On appeal plaintiff contends that having incurred injuries while on duty as a probationary firefighter before his discharge, he had a vested right in a firemen's disability pension. Plaintiff contends that since July 1, 1971, the effective date of the Illinois Constitution of 1970, the courts have held that firemen and policemen have contractual rights to their pensions as they existed on the date of their employment or July 1, 1971, if employed prior to such date, and to any further beneficial changes in their particular pension article if they make payments to the pension funds. Plaintiff argues that on the date of his discharge, about May 26, 1983, he had no reason to apply for a disability pension, particularly because he was entitled to a year of full salary by reason of the duty-related injury pursuant to section 1 of "An Act to provide for the continuation of compensation of law enforcement officers, etc." (Ill. Rev. Stat. 1981, ch. 70, par. 91). Plaintiff contends that if the board's decision were to be upheld, then any firefighter who sustained a duty-related injury and was discharged before he could make a pension application would be denied his constitutionally protected pension rights.

Plaintiff relies on section 4-105b of the Illinois Pension Code as a second reason why an injured fireman may not be able to apply for a disability pension before being discharged from his probationary period. Section 4-105b provides:

"`Permanent disability': any physical or mental impairment that (a) can be expected to result in death, (b) has lasted for a continuous period of not less than 12 months, or (c) can be expected to last for a continuous period of not less than 12 months." (Ill. Rev. Stat. 1981, ch. 108 1/2, par. 4-105b.)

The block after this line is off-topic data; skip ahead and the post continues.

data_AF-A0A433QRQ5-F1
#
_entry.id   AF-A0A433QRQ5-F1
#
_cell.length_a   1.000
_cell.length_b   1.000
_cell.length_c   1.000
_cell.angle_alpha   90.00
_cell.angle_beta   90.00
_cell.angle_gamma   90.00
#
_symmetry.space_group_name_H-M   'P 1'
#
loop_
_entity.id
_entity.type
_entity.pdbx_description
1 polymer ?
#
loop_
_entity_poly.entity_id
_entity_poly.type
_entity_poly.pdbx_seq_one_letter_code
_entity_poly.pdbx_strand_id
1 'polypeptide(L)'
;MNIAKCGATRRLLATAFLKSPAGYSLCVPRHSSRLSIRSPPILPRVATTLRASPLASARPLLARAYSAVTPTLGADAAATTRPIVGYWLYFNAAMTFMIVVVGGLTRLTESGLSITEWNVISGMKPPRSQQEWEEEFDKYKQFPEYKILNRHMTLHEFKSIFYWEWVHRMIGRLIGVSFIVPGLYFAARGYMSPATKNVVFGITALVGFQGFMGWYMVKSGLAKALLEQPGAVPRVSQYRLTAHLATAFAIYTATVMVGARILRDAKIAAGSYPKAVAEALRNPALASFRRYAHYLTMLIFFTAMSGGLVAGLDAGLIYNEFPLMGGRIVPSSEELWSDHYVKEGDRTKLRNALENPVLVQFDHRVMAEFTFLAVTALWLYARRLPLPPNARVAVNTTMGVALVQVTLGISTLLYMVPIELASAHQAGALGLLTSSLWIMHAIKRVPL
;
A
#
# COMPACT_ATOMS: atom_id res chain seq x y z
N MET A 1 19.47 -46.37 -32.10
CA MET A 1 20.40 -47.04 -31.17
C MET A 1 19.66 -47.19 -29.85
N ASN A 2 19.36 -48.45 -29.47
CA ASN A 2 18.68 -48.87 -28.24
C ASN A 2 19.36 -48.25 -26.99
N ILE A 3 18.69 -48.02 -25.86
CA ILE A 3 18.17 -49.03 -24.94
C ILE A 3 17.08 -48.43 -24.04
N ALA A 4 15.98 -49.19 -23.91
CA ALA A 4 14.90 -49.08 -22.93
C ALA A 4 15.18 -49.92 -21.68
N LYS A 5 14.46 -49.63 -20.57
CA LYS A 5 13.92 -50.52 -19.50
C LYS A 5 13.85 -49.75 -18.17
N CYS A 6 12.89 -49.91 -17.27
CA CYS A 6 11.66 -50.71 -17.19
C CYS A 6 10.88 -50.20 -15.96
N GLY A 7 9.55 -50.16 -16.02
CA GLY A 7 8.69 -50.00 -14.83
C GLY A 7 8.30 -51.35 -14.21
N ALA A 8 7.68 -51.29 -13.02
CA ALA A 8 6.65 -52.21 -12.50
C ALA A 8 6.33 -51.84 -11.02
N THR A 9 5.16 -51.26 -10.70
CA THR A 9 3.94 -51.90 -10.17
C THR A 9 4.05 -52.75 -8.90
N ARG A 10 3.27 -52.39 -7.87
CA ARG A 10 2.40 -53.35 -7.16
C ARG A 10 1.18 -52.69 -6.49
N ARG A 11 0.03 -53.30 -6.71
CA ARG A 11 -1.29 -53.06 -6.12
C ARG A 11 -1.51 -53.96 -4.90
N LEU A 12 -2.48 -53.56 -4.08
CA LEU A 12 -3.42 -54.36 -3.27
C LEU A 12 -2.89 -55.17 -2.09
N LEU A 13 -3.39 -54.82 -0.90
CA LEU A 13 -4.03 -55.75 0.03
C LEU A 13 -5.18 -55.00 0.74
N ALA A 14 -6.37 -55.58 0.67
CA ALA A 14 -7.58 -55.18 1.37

Plaintiff contends he could not meet the three criteria of the permanent disability provision on a date before he was discharged May 26, 1983.

Finally, plaintiff argues that the trial court erred in dismissing the commissioners as a party defendant.

Defendant board contends that this case turns on the question of whether a former probationary fireman who has been discharged prior to the end of his probationary period is entitled to disability pension when application is made for the pension almost 12 months after the discharge. The board contends that that is the only issue in the case. It is the board's position that this court's decision in the case of Freberg v. Board of Trustees of the Firemen's Pension Fund (1970), 128 Ill. App.2d 369, 262 N.E.2d 22, controls the outcome of this appeal.

In Freberg the plaintiff was a fireman of 18 years' service at the time he was suspended without pay for conduct unbecoming an officer. Specifically, he had been accused of and admitted to committing acts of indecent exposure before children. A civil service hearing was held and at that hearing the plaintiff first presented his theory that his conduct was the product of a mental disability. The hearing officer recommended that the plaintiff be suspended for one year, and the civil service commission on review of that decision affirmed the hearing officer's findings and increased the sanction from suspension to dismissal. Subsequently, the plaintiff made an application under section 4-111 of the Illinois Pension Code (Ill. Rev. Stat. 1967, ch. 108 1/2, par. 4-111) for a "not in the line of duty" disability pension based on the allegation that his mental condition constituted a permanent emotional disturbance. The pension board denied the application; the decision was reversed on administrative review by the ...